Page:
GENEVA (Reuters) - China looked likely to escape censure again at the U.N. human rights forum Wednesday by sidestepping a U.S. resolution condemning its record.
The U.N. Commission on Human Rights, in the final stretch of its annual six-week session to examine violations worldwide, is due Wednesday to examine the records of countries including China, Cuba, Iran, Iraq and Sudan.
The United States is expected to call for a vote in the 53-member state U.N. forum on its resolution accusing China of violations including the repression of Tibetans and of the Falun Gong spiritual movement.
But rights groups said they expected China to quash any true debate, and that Western resolutions on Iran and Cuba could also be defeated by the Commission.
New York-based Human Rights Watch has denounced the composition of this year's forum, whose new members with voting rights include states accused of serious abuses -- Algeria, the Democratic Republic of Congo, Libya, Saudi Arabia, Syria and Vietnam.
"I am very pessimistic on China. It is very, very unlikely something different from last year and the year before would happen," Joanna Weschler, of Human Rights Watch, said.
"Cuba is extremely iffy ... . Iran is a big question mark," Weschler, a veteran of the annual event, told Reuters in Geneva.
Debate on a European Union (EU) resolution condemning Russia's continued use of "disproportionate and indiscriminate force" against civilians in breakaway Chechnya is now expected Friday. Negotiations continue with Russia, diplomats said.
U.S. TO CALL FOR CHINA VOTE
The U.S. resolution also calls on China to permit freedom of religion, release all political prisoners and to eliminate a system of detention known as "reeducation through labor," which allows for imprisonment without trial.
Supporters of Falun Gong held rallies Tuesday in Hong Kong and Washington ahead of an evening candlelight vigil by up to 200 Falun Gong members outside the U.N. building in Geneva.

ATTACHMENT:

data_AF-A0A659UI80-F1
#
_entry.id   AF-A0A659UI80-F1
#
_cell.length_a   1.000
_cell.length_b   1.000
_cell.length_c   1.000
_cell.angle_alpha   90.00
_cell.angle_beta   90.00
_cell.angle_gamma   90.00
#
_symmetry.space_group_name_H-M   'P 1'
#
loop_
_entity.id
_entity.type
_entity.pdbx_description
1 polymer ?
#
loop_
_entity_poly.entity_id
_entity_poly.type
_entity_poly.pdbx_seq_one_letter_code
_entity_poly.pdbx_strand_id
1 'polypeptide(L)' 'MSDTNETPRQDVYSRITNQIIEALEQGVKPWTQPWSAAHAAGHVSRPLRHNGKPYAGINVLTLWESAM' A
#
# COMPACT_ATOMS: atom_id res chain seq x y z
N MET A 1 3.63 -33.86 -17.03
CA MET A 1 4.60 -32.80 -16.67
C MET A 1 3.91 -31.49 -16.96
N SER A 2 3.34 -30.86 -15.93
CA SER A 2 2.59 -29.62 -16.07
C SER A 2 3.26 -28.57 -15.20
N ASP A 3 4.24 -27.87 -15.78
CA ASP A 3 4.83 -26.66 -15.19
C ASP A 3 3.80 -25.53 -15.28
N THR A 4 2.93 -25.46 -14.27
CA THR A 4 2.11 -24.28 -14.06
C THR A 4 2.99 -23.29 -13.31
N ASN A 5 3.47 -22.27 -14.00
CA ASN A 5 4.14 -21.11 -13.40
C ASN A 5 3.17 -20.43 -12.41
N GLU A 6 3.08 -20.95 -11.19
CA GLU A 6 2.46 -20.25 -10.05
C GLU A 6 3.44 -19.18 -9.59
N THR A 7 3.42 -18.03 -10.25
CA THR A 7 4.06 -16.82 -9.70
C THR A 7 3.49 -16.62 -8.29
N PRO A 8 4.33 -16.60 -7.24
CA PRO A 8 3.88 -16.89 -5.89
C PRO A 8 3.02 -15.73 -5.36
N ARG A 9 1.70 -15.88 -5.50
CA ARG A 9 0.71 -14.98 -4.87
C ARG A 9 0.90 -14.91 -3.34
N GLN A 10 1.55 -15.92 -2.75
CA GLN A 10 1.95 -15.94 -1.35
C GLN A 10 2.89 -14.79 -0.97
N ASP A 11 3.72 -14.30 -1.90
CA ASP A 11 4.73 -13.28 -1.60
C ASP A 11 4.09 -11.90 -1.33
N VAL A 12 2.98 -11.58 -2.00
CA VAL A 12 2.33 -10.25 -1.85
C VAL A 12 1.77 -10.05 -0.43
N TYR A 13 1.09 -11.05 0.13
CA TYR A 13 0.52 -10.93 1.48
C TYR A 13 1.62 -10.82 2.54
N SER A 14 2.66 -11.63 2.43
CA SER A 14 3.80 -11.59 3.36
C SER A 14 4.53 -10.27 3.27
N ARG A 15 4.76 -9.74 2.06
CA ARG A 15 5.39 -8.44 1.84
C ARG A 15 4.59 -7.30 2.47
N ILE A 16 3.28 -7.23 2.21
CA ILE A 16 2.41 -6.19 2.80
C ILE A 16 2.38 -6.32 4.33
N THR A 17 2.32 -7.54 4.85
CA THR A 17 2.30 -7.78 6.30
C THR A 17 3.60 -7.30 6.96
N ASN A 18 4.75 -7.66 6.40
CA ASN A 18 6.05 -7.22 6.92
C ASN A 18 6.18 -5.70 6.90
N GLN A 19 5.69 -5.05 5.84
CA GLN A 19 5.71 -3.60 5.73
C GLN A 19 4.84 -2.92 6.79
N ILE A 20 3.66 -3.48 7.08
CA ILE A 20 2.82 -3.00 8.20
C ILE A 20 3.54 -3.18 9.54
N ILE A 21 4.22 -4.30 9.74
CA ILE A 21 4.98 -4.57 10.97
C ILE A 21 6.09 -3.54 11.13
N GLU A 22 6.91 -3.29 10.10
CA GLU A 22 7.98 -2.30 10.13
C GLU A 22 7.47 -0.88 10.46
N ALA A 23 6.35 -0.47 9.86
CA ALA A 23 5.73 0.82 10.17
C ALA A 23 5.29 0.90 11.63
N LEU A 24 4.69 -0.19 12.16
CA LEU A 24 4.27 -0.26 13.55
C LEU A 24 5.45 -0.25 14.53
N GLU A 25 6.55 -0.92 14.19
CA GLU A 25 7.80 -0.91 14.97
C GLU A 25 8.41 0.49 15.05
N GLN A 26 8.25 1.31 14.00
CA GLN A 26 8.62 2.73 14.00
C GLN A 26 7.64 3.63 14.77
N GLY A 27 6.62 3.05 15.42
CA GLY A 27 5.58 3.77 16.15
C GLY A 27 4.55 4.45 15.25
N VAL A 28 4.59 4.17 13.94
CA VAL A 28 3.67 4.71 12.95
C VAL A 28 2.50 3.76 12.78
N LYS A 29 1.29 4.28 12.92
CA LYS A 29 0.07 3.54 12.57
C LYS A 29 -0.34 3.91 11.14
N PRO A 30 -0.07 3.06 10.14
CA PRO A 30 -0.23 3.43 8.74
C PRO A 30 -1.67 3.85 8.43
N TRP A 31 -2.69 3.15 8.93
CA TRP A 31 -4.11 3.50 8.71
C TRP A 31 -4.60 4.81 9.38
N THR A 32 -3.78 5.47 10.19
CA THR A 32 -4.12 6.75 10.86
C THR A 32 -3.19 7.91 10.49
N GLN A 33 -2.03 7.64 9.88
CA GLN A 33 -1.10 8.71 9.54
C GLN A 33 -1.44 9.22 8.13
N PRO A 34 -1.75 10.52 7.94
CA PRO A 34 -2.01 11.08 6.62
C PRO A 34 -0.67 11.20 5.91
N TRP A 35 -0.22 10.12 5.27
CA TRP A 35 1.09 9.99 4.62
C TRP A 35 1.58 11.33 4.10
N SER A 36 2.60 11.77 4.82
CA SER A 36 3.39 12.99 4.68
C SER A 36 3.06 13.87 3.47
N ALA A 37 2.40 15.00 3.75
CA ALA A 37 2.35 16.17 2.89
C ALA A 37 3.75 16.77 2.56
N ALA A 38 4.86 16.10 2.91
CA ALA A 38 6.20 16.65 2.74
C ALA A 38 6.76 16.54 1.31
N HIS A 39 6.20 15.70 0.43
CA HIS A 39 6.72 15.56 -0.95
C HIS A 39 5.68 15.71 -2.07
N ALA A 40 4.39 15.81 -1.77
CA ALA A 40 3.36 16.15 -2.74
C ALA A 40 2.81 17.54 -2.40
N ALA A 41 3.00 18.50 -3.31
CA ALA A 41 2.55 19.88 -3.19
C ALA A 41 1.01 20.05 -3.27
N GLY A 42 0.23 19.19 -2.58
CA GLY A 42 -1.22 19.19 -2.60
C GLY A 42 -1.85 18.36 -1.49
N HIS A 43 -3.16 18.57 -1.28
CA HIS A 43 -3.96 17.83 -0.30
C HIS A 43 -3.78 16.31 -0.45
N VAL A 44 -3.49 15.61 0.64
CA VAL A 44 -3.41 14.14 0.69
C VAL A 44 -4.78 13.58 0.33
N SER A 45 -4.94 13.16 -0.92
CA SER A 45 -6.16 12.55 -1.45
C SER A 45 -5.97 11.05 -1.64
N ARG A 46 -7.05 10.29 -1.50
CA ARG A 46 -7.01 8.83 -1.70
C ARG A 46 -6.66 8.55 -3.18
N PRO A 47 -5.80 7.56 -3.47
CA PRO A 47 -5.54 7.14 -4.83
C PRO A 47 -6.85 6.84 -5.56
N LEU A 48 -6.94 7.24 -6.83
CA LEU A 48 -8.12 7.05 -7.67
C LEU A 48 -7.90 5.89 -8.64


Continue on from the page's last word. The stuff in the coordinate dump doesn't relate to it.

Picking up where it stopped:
In a statement, the group alleged that at least 193 people had been killed by torture and police brutality during the "illegal crackdown" on its practitioners begun in 1999.
"Most of these deaths have occurred in the past five months; 16 deaths have been reported during the first four weeks of the Commission's current session," it said in Geneva.
Dominique Nardin, a Falun Gong spokeswoman, told Reuters: "We are gathering to commemorate the lives of victims of persecution. Members have come from various countries."
China, which describes the Falun Gong as "an evil cult," generally enjoys wide support among Asian and other developing countries at the main U.N. rights forum.
Many Western diplomats and U.N. sources doubt the U.S. resolution will even be debated, as China is expected to present its own motion calling for "no action" on the U.S. text.
By using this controversial procedural maneuver, China has avoided examination of its record every year since its troops' killings of hundreds of protesters in Beijing in June 1989.
Negotiations continued on a Czech Republic resolution on Cuba amid heated Western debate on its references to the U.S. embargo on the communist island, diplomats said.
Its wording had criticized the decades-old embargo on Cuba, angering Washington, but was watered down in a later draft -- upsetting the French delegation, they added.
About 100 Iranians protested outside the U.N. in Geneva on Tuesday, calling for "decisive condemnation of human rights abuses in Iran." The protest was organized by the Paris-based National Council of Resistance of Iran.
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